The Montgomery County Council refused yesterday to consider appointing a new consultant to investigate the county Department of Liquor Control despite evidence that the present investigator has had close contact with key figures in the investigation.
Council member Rose Crenca suggested yesterday that the council "look elsewhere" for an investigator, but the other four council members present did not like her suggestion.
"I think the council and I hope the public will have the highest degree of confidence that the report was thorough and that it was objective," council president Scott Fosler said after Crenca made her suggestion. Other council members made similar statements, both before and after Crenca suggested replacing the current investigator.
The current investigator, Andrew Mansinne, director of the council's Office of Legislative Oversight, filed documents with the council showing that he has taken at least two trips with Charles Buscher, County Executive Charles Gilchrist's advisor on the Department of Liquor Control and a former executive vice president for the liquor firm Schenley Industries Inc. In addition, Mansinne helped Buscher write reports on the Department of Liquor Control and attended a number of social functions with him.
Buscher is a target of the investigation because of a previous consultant's allegation that the liquor company Buscher worked for received an inordinately large amount of business from the county Department of Liquor Control.
The council also has directed Mansinne to investigate allegations that Buscher's nephew by marriage, Frank Orifici, received a job in the county liquor department because Buscher used his influence with Gilchrist, Gilchrist's aid Jerry Evans, and director of the county liquor department Robert Passmore. Mansinne has said he saw Orifici socially on at least two occasions, at a party and a funeral.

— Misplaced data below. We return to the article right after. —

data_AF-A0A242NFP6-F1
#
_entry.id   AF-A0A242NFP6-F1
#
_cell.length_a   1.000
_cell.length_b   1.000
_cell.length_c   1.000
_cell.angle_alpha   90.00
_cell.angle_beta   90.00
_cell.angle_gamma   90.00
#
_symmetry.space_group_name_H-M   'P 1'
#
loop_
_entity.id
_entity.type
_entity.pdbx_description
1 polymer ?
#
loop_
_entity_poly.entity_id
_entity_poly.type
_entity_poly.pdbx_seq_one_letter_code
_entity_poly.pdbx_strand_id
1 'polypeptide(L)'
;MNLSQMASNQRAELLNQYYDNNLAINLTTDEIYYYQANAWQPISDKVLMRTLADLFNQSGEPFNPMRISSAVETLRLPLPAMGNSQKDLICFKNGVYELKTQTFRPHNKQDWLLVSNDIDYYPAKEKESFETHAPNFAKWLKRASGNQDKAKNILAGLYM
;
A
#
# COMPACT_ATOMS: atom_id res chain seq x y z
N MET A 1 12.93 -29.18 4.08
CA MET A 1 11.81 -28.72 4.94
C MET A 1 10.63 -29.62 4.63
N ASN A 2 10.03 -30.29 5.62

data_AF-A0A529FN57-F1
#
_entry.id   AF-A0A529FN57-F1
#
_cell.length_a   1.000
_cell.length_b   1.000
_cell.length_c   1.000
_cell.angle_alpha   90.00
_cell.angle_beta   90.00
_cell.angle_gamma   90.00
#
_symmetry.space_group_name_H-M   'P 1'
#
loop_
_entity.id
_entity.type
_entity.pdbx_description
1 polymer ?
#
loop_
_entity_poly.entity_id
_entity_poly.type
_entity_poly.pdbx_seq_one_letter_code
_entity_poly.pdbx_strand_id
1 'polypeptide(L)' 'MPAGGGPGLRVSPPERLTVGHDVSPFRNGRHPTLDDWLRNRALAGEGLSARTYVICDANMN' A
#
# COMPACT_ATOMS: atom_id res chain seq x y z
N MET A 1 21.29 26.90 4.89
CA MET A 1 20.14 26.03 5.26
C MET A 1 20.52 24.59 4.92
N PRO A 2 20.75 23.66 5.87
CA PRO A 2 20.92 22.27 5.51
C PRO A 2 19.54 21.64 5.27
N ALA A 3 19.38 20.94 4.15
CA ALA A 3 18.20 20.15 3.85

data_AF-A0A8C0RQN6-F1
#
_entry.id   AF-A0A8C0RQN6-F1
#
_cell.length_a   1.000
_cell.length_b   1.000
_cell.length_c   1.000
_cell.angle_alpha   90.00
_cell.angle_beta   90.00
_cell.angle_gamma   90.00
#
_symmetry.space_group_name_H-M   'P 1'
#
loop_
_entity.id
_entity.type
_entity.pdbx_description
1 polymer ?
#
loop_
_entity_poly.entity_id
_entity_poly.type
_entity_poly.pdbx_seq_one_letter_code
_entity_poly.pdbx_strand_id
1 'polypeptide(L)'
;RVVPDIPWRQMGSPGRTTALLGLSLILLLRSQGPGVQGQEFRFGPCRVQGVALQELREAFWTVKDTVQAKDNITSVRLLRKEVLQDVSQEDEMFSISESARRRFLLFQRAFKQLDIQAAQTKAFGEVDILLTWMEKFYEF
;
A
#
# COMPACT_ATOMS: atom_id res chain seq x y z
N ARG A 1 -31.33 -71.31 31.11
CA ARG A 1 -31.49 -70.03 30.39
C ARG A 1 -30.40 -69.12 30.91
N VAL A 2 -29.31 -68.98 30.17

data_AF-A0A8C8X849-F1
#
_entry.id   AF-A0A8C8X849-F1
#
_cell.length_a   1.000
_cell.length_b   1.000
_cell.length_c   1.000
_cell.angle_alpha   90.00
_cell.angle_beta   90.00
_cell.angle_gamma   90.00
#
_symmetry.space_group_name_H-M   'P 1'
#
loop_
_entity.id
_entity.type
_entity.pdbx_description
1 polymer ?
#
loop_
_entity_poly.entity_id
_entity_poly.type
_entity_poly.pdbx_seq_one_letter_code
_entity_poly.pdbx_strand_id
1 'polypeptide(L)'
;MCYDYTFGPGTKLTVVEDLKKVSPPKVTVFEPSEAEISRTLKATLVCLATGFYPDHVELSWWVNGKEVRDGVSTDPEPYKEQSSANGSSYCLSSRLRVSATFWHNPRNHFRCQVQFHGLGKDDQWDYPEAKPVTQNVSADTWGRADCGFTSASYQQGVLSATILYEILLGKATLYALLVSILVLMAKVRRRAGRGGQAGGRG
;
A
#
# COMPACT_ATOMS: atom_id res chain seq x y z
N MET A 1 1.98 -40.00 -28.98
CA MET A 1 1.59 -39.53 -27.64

In documents filed with the council on Friday, Mansinne described a number of contracts with Buscher: a trip to Annapolis with Buscher to consult with State Comptroller Louis Goldstein to discuss taxation of liquor; a luncheon that his son gave for Buscher; a party given by Buscher at the Potomac Inn that he attended, and an occasion when he heard Buscher explain to County Attorney Paul McGuckian that he had pleaded guilty to illegally inducing state officials in West Virginia to buy Schenley liquor.
Previously, in September, Mansinne told the council that he went to Buscher's wife's funeral, that he and his wife visited Buscher on Christmas Eve as a "condolence call," that he attended a party at Buscher's home, and that he accompanied Buscher and Gilchrist on a trip to Richmond to "inspect the Richmond warehouse of the Virginia Alcoholic Beverages Control Board."
At yesterday's council meeting, council member Neal Potter accused reporters of "creating controversy" about Mansinne's ability to be objective, while council member Ruth Spector bemoaned the "false perceptions" that the press had created about Mansinne's objectivity.
Council member Crenca perceived the matter differently. "If people perceive something," Crenca said, "it's because they've heard something that leads them to a perception."